This entire issue, the relationship between Greek original and Roman copy, is simply not on the agenda of Perseus. It should be, not only for scholars but for anyone with a serious interest in the material.

There are many other resources included, and some of them are both interesting and useful, but they would offer rather little benefit to the scholar trying to use this as a first-stop resource for Greek archaeology.

Unfortunately, the Perseus interface does not rescue the resource from its other problems but adds to them. Perseus uses HyperCard and, flexible as it may be, HyperCard is thoroughly dated. The implementation here accentuates that fact. Small windows are used, and the user must navigate through too many of those windows. Indices in one window lead to catalog entries in another; they, in turn, lead to longer descriptions (in another window) and images (in other windows), if there are any. Furthermore, the summary and description windows are often too small for the amount of information in them; so one must scroll through them. (Printing such a window also yields a printout of only that portion of the text that fits in the on-screen window; so a lengthy description may require multiple pages of printout, though the text would easily fit on a single page.) One of the virtues of the system is that many photos can be viewed at once if the user's screen is large enough. Unfortunately, the labels on the photos do not relate to anything the user can see elsewhere; so, once on view, the photos cannot be identified.

Screenshot of Agora marble head of Nike, Athena Parethenos type from Perseus Project

Here is a screen image showing the system at work (supplied by the Perseus Project). Three windows are open, one with the sculpture catalog entry, one with the object description, and one with the photograph. Not showing is the window with the photo credit which comes up automatically with the photo (often on top of it)B. To get to this screen, a user would have started with the browser or sculpture index (a different window), selected the item to get the catalog window, clicked on description to get the second window, and selected one of the images from the bottom of the catalog window to get the illustration. Each selection generates another delay as well as another window. (A navigation window also shows in the lower right.)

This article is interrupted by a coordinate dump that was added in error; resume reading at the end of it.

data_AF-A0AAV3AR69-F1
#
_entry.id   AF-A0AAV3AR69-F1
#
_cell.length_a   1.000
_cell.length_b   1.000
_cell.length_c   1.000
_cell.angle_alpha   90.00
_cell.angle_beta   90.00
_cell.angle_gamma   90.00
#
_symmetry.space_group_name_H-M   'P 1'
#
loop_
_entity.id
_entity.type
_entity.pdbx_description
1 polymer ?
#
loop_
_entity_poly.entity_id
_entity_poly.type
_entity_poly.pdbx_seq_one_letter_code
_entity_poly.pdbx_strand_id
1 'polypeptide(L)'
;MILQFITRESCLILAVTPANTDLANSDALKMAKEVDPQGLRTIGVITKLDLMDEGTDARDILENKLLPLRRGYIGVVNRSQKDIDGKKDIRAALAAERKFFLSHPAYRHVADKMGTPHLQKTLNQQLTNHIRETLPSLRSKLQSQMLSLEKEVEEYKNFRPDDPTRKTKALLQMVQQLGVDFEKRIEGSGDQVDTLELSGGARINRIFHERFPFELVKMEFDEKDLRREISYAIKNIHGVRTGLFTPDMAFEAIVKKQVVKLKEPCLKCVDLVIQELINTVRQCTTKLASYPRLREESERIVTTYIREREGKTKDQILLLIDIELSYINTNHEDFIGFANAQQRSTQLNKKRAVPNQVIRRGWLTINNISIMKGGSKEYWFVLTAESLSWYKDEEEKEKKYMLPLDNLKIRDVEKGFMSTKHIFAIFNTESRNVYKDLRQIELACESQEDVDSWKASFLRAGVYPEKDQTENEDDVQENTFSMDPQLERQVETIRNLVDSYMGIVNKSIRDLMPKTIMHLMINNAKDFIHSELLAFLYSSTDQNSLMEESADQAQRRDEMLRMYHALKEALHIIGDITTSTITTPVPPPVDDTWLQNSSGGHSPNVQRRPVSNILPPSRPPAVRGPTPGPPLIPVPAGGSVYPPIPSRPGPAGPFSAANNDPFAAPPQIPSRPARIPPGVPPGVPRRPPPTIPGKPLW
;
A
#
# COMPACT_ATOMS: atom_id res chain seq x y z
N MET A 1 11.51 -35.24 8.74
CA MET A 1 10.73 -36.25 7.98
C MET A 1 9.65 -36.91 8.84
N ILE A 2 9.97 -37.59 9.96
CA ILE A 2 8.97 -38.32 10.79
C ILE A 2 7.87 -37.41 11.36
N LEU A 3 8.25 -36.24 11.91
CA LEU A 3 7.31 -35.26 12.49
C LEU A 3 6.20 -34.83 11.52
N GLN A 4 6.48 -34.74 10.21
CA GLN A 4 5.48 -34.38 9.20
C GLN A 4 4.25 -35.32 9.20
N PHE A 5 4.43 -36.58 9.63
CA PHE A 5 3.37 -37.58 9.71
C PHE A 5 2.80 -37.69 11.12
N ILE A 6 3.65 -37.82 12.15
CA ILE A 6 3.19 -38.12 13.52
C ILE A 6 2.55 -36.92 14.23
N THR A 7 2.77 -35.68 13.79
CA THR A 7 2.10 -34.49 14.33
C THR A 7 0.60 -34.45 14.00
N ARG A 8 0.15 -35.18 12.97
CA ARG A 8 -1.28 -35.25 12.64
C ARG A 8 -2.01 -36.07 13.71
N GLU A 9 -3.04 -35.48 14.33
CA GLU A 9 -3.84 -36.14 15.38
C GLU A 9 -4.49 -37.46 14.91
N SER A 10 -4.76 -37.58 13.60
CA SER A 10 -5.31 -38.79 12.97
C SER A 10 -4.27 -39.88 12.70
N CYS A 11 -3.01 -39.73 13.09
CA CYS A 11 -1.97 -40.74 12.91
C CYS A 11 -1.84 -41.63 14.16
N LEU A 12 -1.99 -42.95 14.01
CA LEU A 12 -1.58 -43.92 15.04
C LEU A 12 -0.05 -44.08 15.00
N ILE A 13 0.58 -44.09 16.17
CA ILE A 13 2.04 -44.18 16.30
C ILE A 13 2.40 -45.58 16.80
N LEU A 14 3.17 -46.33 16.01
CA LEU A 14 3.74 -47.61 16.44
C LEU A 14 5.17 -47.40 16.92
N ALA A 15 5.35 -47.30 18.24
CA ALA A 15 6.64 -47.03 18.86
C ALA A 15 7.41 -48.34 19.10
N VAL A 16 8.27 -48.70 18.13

Screenshot of Athens, Partyhenon architecture from Perseus Project

This second screen image (also supplied by Perseus) shows the description window with a photograph. In this case, the photo credit shows. The catalog entry had to be called up first to get each of the windows shown; the catalog window must be closed to obtain this screen. (Alternatively, the system may have been set to replace the catalog window with the description window; this is a user-selectable option.)

Both this screen image and the previous one illustrate the small size of the description window. In neither case could the discussion fit in the window, and the windows cannot be enlarged.

On my MAC the system was not only slow, but it required all the available memory, leaving me unable to take advantage of the cut-and-paste possibilities. My PowerPC 7500 has 16 MB of RAM, and the program will run with as little as 5 MB devoted to it, but not if one wishes to use all the disks and to shuffle them as required to see whatever image one desires whenever appropriate.

I started out using the indexing windows to find objects but later discovered that the newer access system, called a browser, was much more effective. In fact, it seems unnecessary to have both the old indices and the browser, since, so far as I can tell, the same indices are available with more sorting possibilities through the browser. Unfortunately, the indices are not always accurate. In one case, a list of the buildings in Athens showed fewer than half the total actually in the system. In another, a list of propylons showed only one, but I am aware of at least four in the system.

I would like to conclude on an optimistic note. I still think the aims of Perseus are laudable. Fortunately, the use of HyperCard will stop; the next iteration of Perseus will be available for Windows as well as the MAC. One can hope that a new interface will improve the usefulness of the product in significant ways. However, the problems I found make it difficult for me to retain my optimism. The illustrations - plans and photographs - represent an enormous investment of time and money; I cannot imagine that they will be redone, though the plans surely exist in better forms. More significant is my sense that the addition of all the new material in Perseus 2.0 made it possible to ignore the problems in the original. Instead of many new images and all the new essays, I think we needed a more sophisticated approach to the material in Perseus 2.0.